We're here at the release of Ixalan and what a breath of fresh air this week of testing has been! With the entire set having been released this past Monday to be put under the Harsh Scrutiny of the gauntlet that is the Magic Online Standard Competitive Leagues, there's a massive amount of data that needs to be sifted through. While there's no way that I've had nearly enough time to come to a definitive to the question on everyone's mind, what to play, I have seen more innovation than I could have imagined in such a short span. The old stalwarts have shown that they're still here to stay, but that doesn't mean we're without hope!
Getting the obvious out of the way, if you show up to SCG Dallas not prepared to fight the good fight against Ramunap Red and Temur Energy of all flavors, you'll be enjoying the view from the sidelines earlier than you'd typically want.
I'm lamenting the fact that, despite this deck losing some of its early aggressive creatures with the rotation, it remains largely intact, as you just need any creature with more than one power to cast in the early-game to make the heavy hitters like Hazoret the Fervent look frightening. The only real upgrade this deck received was of course the addition of Lightning Strike. While it may seem like only a slight upgrade over Incendiary Flow, the magnitudes of better Lightning Strike is can only be met with a deep sigh when your opponent asks the question I hope not to hear this weekend: "You're at three, right?"
In the past we've been gifted with cards that hose such an oppressive onslaught of burn spells, cards like Kor Firewalker and Timely Reinforcements. With no such Saving Grace here to bail us out here, it looks like we'll just have to topple the jolly red giant the old-fashioned way.
The other deck that still plagues us from the format now past is Temur Energy. The deck literally lost one, maybe two, lands from the previous versions that have proven themselves in tournaments this year. With that being said, it also gained very little if anything with the release of Ixalan. Be that as it may, any new deck that might emerge from this weekend will have to prove itself worthy to hang with some of the seniors of this Standard.
Enough about the old. What's new?!
Fall rotation always brings the best parts of Magic to the forefront combining fresh arrivals with cards whose time has finally come!
While Approach of the Second Sun isn't a new card, it's definitely gotten a bunch of shiny new toys to mess around with. With most of the decks in the format asking who can tame the early aggression of Ramunap Red and who can go bigger in the battle of the Dinosaurs, Approach of the Second Sun goes over the top of all of that and just wins the game. So what gives? Why is this deck now so much better than it was before?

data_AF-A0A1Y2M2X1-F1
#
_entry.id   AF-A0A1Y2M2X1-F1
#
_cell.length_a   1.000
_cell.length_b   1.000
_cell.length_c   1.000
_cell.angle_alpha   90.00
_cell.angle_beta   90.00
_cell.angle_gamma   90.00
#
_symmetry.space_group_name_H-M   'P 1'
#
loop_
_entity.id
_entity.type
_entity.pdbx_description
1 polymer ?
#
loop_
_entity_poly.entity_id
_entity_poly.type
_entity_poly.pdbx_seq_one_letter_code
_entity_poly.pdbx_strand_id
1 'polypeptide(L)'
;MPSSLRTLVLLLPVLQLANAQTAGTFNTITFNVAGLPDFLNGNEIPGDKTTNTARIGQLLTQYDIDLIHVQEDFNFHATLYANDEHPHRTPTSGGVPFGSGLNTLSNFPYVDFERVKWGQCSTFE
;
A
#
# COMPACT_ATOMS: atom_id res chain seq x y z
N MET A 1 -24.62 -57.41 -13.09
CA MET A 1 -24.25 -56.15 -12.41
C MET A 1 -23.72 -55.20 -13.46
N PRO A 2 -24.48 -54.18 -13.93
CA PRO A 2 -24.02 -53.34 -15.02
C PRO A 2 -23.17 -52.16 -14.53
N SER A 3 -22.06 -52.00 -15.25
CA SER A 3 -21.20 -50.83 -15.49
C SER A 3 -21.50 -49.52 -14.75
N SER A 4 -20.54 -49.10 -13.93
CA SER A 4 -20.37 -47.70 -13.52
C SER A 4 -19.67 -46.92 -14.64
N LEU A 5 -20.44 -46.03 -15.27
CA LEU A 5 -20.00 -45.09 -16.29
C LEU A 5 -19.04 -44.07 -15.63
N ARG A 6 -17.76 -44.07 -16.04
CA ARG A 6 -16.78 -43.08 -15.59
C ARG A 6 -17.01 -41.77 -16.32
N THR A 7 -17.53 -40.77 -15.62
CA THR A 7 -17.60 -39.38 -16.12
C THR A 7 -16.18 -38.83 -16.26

Settle the Wreckage has truly been wrecking people left and right by being the Quicken plus Supreme Verdict we've always wanted! In a deck that doesn't care about how many lands you have and isn't scared of whatever monstrous creature you're casting, Settle the Wreckage put your opponent in a no=win scenario simply by existing. No longer can you simply jam a Hazoret the Fervent into four open mana from a control opponent and hope that, by pressuring the turn they're trying to take off to cast a Glimmer of Genius, you're safe! This card is surely a game-changer and has given this fringe control deck the punch it needs to hang with the best.
The short list of cards you're going to have to worry about now when your opponent passes with four open mana includes Glimmer of Genius, Settle the Wreckage, Censor, Disallow, Opt, Cast Out, and whatever other nonsense you can do in those colors.
Whatever hope Dinosaurs of all color combinations had of being top tier has been swept away by the existence of this deck. While it greatly disappoints me to say such a thing, I've thrown every conceivable angle of attack that you could add to a G/XX deck to help combat this matchup. Heroic Intervention? Nice card, but have you read Settle the Wreckage? Planeswalkers? Too midrange to impact the end-game Approach of the Second Sun imposes in a relatively quick manner.
It's a riddle I've been unable to crack thus far despite my best efforts. The only card I've had reasonable success with at fighting them is Nissa, Vital Force, since it's a threat that you can't sweep away and hits hard enough to pressure the time Approach of the Second Sun can buy by casting its namesake card.
Will this be the tournament where it's wrong not to be playing a control deck Week 1? Unlikely, but I wouldn't be shocked.
Speaking of Dinosaurs, this week I've lit a solid five to eight Leagues on fire by attempting to solve the puzzle.